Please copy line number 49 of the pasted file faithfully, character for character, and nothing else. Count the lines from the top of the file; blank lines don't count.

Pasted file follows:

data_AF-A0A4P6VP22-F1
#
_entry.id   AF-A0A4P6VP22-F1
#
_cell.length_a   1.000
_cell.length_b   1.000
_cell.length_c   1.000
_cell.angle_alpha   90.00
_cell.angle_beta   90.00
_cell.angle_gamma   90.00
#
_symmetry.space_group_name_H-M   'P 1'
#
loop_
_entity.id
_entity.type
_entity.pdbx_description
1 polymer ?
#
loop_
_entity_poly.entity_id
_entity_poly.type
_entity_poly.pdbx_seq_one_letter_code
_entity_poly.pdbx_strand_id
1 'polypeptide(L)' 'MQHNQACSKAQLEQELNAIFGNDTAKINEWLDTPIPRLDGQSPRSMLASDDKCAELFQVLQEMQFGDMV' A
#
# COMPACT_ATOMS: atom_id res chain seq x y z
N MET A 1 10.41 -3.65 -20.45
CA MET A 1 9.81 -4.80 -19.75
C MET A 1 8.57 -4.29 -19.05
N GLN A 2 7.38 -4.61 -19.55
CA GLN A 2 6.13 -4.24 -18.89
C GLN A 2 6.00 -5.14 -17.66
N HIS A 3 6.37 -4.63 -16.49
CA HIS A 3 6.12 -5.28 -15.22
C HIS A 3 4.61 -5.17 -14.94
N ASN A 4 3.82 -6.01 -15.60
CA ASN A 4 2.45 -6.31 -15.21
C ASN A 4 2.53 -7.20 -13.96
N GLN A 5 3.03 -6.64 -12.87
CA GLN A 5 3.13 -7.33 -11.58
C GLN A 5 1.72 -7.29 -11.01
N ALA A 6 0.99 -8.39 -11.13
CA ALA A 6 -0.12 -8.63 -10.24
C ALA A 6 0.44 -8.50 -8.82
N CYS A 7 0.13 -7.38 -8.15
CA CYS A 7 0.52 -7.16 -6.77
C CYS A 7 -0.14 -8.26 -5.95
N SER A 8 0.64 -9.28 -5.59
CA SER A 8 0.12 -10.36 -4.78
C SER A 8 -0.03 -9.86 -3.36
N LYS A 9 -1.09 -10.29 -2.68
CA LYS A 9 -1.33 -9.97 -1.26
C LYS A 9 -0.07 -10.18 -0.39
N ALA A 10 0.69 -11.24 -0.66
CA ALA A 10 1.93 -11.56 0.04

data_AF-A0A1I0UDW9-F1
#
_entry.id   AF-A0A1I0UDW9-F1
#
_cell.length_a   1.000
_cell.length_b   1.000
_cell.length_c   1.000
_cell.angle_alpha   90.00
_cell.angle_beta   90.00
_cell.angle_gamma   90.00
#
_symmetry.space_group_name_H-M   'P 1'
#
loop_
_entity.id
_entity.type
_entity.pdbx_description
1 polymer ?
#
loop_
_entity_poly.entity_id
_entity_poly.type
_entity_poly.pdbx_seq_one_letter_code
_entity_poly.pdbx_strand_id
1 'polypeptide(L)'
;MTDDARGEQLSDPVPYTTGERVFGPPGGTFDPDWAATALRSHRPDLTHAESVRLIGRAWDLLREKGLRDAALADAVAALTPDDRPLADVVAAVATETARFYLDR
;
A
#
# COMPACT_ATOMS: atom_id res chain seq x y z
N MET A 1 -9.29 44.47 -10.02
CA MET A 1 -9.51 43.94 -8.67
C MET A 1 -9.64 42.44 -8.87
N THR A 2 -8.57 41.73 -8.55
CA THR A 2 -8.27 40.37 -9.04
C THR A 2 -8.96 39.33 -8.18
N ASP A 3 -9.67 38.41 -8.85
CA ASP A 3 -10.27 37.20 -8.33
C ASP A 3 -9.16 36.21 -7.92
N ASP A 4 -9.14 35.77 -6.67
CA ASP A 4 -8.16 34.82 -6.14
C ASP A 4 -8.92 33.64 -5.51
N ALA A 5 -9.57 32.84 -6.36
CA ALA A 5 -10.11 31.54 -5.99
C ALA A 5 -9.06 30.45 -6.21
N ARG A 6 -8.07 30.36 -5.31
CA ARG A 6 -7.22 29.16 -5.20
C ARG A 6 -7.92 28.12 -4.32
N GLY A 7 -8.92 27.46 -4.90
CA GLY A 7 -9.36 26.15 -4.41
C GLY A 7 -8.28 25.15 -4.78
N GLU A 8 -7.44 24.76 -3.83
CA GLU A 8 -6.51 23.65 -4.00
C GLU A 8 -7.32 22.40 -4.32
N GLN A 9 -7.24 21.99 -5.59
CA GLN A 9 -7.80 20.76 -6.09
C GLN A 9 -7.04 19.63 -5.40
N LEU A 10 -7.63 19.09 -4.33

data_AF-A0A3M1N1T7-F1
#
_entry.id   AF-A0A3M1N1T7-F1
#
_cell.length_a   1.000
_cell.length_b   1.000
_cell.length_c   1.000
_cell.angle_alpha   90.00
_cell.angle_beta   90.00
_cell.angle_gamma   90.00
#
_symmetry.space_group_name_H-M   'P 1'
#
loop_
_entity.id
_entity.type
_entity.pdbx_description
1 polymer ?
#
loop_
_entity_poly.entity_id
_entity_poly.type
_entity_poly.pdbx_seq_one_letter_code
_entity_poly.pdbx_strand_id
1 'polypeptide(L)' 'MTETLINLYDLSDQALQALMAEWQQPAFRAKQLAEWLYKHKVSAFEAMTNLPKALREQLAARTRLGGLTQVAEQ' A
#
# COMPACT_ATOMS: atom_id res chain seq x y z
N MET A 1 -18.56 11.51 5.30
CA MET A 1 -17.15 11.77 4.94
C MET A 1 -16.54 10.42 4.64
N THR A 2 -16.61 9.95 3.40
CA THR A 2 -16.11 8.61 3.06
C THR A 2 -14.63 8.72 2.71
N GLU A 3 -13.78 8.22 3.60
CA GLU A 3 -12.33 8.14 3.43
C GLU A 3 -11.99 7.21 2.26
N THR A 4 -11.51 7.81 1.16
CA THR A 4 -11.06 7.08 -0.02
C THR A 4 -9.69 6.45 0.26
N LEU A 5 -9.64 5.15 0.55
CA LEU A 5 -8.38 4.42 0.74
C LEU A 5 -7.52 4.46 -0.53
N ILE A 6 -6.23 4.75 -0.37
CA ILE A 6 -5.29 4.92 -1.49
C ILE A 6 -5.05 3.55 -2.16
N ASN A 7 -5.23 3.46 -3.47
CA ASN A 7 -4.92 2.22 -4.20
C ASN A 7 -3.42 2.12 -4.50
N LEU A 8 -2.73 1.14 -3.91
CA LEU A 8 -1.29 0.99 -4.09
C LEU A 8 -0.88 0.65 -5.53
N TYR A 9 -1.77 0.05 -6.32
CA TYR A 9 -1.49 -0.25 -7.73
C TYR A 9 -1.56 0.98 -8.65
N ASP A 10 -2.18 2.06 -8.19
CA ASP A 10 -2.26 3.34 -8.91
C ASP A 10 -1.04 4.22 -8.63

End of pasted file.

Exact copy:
N SER A 8 0.64 -9.28 -5.59